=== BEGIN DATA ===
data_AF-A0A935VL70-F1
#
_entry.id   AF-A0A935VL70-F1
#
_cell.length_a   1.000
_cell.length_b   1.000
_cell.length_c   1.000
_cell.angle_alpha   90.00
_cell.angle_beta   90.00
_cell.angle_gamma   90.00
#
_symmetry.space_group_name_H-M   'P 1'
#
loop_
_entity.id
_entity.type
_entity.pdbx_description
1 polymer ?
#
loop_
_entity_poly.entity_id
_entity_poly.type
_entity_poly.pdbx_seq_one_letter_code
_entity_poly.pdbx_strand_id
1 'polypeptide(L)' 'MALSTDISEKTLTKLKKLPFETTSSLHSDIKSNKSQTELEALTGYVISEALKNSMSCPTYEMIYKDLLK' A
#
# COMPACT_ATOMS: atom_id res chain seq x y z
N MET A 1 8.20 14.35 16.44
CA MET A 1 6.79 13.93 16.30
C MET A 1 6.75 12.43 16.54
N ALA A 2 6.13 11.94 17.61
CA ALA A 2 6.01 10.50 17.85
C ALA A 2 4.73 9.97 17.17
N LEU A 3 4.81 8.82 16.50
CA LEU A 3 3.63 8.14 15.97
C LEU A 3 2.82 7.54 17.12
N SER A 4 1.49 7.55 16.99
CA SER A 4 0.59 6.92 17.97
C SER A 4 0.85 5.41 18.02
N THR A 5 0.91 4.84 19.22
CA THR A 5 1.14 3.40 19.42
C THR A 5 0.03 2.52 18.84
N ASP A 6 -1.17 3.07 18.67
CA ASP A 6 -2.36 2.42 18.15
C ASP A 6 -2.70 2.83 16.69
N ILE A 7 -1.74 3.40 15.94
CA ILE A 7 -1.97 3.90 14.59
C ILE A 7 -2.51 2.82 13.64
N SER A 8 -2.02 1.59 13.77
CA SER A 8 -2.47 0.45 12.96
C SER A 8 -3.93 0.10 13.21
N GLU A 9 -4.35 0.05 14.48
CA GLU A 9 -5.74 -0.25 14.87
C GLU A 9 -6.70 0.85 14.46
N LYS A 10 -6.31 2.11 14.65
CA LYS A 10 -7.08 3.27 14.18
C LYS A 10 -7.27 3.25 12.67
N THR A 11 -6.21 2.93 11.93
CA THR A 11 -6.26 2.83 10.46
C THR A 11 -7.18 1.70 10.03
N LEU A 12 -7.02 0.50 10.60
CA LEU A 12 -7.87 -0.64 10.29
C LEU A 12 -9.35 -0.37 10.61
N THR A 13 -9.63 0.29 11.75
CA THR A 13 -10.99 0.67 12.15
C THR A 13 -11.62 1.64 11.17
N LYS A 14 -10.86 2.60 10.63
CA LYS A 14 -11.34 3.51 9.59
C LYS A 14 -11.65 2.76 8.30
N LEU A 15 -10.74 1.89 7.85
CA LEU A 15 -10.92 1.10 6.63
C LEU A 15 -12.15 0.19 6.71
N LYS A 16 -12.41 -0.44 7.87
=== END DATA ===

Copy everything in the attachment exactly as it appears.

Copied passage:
data_AF-A0A935VL70-F1
#
_entry.id   AF-A0A935VL70-F1
#
_cell.length_a   1.000
_cell.length_b   1.000
_cell.length_c   1.000
_cell.angle_alpha   90.00
_cell.angle_beta   90.00
_cell.angle_gamma   90.00
#
_symmetry.space_group_name_H-M   'P 1'
#
loop_
_entity.id
_entity.type
_entity.pdbx_description
1 polymer ?
#
loop_
_entity_poly.entity_id
_entity_poly.type
_entity_poly.pdbx_seq_one_letter_code
_entity_poly.pdbx_strand_id
1 'polypeptide(L)' 'MALSTDISEKTLTKLKKLPFETTSSLHSDIKSNKSQTELEALTGYVISEALKNSMSCPTYEMIYKDLLK' A
#
# COMPACT_ATOMS: atom_id res chain seq x y z
N MET A 1 8.20 14.35 16.44
CA MET A 1 6.79 13.93 16.30
C MET A 1 6.75 12.43 16.54
N ALA A 2 6.13 11.94 17.61
CA ALA A 2 6.01 10.50 17.85
C ALA A 2 4.73 9.97 17.17
N LEU A 3 4.81 8.82 16.50
CA LEU A 3 3.63 8.14 15.97
C LEU A 3 2.82 7.54 17.12
N SER A 4 1.49 7.55 16.99
CA SER A 4 0.59 6.92 17.97
C SER A 4 0.85 5.41 18.02
N THR A 5 0.91 4.84 19.22
CA THR A 5 1.14 3.40 19.42
C THR A 5 0.03 2.52 18.84
N ASP A 6 -1.17 3.07 18.67
CA ASP A 6 -2.36 2.42 18.15
C ASP A 6 -2.70 2.83 16.69
N ILE A 7 -1.74 3.40 15.94
CA ILE A 7 -1.97 3.90 14.59
C ILE A 7 -2.51 2.82 13.64
N SER A 8 -2.02 1.59 13.77
CA SER A 8 -2.47 0.45 12.96
C SER A 8 -3.93 0.10 13.21
N GLU A 9 -4.35 0.05 14.48
CA GLU A 9 -5.74 -0.25 14.87
C GLU A 9 -6.70 0.85 14.46
N LYS A 10 -6.31 2.11 14.65
CA LYS A 10 -7.08 3.27 14.18
C LYS A 10 -7.27 3.25 12.67
N THR A 11 -6.21 2.93 11.93
CA THR A 11 -6.26 2.83 10.46
C THR A 11 -7.18 1.70 10.03
N LEU A 12 -7.02 0.50 10.60
CA LEU A 12 -7.87 -0.64 10.29
C LEU A 12 -9.35 -0.37 10.61
N THR A 13 -9.63 0.29 11.75
CA THR A 13 -10.99 0.67 12.15
C THR A 13 -11.62 1.64 11.17
N LYS A 14 -10.86 2.60 10.63
CA LYS A 14 -11.34 3.51 9.59
C LYS A 14 -11.65 2.76 8.30
N LEU A 15 -10.74 1.89 7.85
CA LEU A 15 -10.92 1.10 6.63
C LEU A 15 -12.15 0.19 6.71
N LYS A 16 -12.41 -0.44 7.87